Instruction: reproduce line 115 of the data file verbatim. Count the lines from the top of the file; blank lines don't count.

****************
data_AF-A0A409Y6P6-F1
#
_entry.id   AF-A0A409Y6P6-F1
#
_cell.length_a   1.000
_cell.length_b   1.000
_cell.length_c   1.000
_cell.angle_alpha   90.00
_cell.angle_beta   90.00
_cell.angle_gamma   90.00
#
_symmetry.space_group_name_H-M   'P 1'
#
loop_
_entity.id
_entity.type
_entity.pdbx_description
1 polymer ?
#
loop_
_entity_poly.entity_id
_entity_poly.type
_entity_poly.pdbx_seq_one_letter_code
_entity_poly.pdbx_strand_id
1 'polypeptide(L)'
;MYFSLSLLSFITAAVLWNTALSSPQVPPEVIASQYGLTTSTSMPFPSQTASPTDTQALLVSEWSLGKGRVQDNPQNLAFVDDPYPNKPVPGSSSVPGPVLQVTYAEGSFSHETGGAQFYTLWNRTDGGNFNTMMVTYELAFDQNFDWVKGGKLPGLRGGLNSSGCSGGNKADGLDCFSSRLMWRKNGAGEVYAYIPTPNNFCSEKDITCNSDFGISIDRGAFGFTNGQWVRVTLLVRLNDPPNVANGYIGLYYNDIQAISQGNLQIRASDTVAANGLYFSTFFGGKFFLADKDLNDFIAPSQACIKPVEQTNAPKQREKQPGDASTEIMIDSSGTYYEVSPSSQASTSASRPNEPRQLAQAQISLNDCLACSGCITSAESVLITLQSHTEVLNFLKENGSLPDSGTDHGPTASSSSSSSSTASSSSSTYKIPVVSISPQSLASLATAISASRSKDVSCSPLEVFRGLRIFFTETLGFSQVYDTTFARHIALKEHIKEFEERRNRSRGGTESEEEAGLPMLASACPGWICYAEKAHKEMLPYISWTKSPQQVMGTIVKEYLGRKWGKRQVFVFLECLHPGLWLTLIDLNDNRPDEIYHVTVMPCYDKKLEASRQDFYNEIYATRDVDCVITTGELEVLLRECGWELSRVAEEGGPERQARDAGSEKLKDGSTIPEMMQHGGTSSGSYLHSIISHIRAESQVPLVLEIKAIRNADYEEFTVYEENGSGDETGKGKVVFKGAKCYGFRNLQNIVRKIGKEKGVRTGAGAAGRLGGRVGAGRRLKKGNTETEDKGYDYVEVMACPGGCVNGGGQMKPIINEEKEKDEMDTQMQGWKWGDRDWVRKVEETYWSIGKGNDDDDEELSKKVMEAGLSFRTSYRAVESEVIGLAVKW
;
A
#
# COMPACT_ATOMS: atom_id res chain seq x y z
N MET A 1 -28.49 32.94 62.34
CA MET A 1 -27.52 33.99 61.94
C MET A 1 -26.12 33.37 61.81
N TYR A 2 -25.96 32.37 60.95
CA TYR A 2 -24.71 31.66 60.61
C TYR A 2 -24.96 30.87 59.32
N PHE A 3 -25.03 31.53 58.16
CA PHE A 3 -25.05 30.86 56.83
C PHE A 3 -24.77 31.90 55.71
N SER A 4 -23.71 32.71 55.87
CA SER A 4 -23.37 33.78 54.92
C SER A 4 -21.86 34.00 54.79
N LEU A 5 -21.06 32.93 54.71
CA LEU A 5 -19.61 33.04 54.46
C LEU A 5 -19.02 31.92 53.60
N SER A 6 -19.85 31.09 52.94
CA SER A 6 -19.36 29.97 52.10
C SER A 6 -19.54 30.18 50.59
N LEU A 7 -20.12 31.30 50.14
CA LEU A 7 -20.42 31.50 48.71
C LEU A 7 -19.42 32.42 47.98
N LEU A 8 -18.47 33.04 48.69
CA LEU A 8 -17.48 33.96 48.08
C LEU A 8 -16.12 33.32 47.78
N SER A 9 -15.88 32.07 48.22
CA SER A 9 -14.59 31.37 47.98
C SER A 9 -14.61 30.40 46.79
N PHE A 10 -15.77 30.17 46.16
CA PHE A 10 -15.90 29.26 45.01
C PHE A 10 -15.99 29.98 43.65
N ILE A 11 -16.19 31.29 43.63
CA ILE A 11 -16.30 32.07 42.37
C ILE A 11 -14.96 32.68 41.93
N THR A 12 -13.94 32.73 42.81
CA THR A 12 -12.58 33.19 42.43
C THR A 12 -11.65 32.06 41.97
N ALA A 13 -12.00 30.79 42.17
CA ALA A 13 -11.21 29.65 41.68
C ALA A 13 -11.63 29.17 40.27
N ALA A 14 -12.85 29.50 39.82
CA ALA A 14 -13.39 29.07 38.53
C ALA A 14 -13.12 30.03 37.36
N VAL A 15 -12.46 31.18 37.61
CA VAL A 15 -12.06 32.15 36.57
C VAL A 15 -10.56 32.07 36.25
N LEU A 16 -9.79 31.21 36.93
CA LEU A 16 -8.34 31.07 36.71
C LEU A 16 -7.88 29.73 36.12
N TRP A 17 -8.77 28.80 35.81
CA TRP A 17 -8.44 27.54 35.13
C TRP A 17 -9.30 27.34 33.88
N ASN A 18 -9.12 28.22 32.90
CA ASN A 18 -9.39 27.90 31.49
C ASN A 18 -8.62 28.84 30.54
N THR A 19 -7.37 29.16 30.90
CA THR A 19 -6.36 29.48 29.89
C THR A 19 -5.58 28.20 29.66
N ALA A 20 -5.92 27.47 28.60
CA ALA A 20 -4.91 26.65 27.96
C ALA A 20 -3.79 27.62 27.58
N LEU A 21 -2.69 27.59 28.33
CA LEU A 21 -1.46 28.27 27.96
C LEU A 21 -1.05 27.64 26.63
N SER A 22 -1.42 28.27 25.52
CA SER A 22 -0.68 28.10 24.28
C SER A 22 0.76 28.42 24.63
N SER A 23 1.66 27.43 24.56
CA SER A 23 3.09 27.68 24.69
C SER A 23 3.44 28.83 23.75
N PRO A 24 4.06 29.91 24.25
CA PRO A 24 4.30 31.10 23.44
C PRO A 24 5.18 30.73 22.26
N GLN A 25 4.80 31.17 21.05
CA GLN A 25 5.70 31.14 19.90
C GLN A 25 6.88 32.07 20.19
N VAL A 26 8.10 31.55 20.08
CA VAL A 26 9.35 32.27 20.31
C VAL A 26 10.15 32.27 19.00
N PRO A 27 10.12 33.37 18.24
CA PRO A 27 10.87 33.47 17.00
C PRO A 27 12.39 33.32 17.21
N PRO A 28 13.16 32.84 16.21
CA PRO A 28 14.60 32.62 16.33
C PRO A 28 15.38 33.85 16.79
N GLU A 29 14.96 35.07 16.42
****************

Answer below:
N GLU A 29 14.96 35.07 16.42